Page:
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A risk factor is something that increases your likelihood of getting a disease or condition.

It is possible to develop social anxiety disorder with or without the risk factors listed below. However, the more risk factors you have, the greater your likelihood of developing social anxiety disorder. If you have a number of risk factors, ask your doctor what you can do to reduce your risk.

Risk factors for social anxiety disorder include the following:

Rates of social anxiety disorder are higher in people who have another anxiety disorder, such as general anxiety disorder, panic disorder or phobias, substance abuse problem (alcoholism or drug abuse), bipolar disorder, hypochondriasis, or depression.

The disorder typically begins in childhood or early adolescence. It rarely develops after age 25.

Rates of social anxiety disorder are higher in first-degree relatives. Genetic influence is estimated to be between 30% and 40%.

People with asthma are at an increased risk for social anxiety disorder. People with the following conditions are also at increased risk:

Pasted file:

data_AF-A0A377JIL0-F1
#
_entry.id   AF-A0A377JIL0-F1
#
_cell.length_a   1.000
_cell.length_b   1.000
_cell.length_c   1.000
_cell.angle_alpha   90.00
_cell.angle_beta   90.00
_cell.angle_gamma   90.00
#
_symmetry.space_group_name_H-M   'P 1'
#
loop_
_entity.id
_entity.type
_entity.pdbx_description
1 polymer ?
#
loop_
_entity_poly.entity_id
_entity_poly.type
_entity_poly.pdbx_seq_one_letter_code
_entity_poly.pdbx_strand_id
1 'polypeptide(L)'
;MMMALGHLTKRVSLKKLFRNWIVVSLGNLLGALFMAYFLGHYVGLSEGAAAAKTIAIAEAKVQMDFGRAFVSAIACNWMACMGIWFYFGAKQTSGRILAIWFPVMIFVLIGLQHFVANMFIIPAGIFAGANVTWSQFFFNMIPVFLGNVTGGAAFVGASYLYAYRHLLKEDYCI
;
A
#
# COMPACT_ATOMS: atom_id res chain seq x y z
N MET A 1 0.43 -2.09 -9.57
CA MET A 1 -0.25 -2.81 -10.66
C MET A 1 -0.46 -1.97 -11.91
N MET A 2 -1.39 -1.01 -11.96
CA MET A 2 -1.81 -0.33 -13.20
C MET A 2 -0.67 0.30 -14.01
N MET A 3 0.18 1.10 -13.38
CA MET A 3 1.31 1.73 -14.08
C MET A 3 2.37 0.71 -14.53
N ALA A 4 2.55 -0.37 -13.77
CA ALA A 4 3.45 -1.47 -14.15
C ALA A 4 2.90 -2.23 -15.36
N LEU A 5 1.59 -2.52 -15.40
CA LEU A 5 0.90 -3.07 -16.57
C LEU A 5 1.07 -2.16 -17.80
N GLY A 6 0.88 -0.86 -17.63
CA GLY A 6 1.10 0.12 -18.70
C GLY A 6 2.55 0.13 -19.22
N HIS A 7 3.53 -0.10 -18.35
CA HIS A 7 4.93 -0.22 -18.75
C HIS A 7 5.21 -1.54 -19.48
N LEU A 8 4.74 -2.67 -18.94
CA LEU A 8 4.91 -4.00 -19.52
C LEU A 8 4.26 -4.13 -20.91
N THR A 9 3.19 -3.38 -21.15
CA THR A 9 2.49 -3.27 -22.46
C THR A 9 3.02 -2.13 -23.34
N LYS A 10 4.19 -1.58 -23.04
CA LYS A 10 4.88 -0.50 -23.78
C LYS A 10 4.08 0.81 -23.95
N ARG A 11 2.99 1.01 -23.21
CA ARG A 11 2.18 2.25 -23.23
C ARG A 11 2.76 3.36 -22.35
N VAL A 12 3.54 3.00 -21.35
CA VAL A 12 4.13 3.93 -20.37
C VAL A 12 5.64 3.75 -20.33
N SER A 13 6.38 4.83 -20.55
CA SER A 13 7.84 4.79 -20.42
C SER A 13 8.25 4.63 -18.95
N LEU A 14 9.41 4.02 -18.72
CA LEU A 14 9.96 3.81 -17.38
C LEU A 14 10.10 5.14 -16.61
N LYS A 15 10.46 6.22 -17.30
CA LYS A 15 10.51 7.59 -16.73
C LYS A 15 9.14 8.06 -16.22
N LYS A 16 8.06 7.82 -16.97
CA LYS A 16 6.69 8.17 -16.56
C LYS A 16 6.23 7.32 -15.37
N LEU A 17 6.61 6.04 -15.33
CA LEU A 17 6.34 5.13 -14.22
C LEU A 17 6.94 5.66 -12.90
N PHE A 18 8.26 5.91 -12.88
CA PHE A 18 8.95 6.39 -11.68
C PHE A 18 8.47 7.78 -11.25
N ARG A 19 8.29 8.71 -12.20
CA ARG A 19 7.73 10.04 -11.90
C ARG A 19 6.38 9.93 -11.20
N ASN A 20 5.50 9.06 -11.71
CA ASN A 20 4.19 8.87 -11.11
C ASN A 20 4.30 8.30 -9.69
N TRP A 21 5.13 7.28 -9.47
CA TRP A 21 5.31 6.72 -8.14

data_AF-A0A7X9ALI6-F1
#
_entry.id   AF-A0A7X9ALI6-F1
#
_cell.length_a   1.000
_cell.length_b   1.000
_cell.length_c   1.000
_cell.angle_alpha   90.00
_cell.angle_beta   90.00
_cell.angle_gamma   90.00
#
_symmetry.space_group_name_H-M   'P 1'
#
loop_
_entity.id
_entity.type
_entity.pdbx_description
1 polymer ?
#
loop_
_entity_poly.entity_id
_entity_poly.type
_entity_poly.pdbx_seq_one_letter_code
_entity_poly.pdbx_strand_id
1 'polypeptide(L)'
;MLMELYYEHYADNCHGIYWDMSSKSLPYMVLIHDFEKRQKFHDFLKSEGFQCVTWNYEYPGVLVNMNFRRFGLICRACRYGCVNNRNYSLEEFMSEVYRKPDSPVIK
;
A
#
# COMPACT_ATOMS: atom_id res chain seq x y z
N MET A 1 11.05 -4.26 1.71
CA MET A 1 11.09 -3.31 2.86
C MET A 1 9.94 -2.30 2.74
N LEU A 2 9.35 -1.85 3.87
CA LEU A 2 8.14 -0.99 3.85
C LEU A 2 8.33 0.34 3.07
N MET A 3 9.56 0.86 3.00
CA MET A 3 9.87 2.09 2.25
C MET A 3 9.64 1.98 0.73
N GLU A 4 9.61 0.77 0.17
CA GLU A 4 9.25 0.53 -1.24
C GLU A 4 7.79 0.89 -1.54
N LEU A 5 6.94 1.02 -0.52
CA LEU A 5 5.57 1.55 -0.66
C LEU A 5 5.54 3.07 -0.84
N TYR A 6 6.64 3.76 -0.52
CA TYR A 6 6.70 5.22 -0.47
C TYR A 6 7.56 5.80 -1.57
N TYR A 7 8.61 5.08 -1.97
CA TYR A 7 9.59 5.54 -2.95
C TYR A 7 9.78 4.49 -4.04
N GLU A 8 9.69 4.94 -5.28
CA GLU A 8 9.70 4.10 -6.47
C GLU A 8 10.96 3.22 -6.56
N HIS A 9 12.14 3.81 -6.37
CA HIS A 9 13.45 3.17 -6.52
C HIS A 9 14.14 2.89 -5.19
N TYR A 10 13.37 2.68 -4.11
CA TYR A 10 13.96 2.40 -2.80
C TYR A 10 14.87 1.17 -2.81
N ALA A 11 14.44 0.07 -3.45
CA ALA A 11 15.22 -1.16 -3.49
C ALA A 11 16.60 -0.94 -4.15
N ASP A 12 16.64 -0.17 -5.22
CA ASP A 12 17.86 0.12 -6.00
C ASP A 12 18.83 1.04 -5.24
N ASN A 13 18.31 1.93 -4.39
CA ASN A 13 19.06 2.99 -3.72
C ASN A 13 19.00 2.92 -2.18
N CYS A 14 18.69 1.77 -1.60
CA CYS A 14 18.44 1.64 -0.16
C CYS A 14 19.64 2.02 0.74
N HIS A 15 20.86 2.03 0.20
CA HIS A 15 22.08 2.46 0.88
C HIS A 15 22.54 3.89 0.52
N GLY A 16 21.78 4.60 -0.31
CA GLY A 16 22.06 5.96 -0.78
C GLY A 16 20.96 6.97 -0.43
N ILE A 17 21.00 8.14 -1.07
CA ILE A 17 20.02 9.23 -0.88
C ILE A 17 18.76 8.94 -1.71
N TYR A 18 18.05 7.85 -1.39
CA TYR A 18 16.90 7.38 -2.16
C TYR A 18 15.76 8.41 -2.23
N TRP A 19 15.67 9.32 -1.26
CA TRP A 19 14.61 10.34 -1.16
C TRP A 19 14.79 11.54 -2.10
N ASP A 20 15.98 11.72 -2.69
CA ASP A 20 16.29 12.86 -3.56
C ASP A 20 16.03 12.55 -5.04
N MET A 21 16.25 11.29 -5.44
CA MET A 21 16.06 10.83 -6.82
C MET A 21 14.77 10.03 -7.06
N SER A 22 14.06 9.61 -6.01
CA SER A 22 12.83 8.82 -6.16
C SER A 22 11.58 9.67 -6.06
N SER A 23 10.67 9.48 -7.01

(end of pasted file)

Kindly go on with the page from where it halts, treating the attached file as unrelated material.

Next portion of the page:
• Heart disease
  • Difficulty seeing or hearing
  • Painful condition

Childhood experiences associated with an increased risk of social anxiety disorder include: physical or sexual abuse, early separation from parents, and difficulties in school.

References:

Morris EP, Stewart SH, et al. The relationship between social anxiety disorder and alcohol use disorders: a critical review. Clin Psychol Rev. 2005;25:734-760.

Schneier FR. Clinical practice. Social anxiety disorder. N Engl J Med. 2006;355:1029-1036.

Social anxiety disorder (social phobia). Anxiety Disorders of America website. Available at: http://www.adaa.org/GettingHelp/AnxietyDisorders/SocialPhobia.asp. Updated October 2008. Accessed October 30, 2008.

Social phobia (social anxiety disorder). National Institute of Mental Health website. Available at: http://www.nimh.nih.gov/health/publications/anxiety-disorders/social-phobia-social-anxiety-disorder.shtml. Updated October 2008. Accessed October 30, 2008.

Last reviewed November 2012 by Michael Woods, MD

Please be aware that this information is provided to supplement the care provided by your physician. It is neither intended nor implied to be a substitute for professional medical advice. CALL YOUR HEALTHCARE PROVIDER IMMEDIATELY IF YOU THINK YOU MAY HAVE A MEDICAL EMERGENCY. Always seek the advice of your physician or other qualified health provider prior to starting any new treatment or with any questions you may have regarding a medical condition.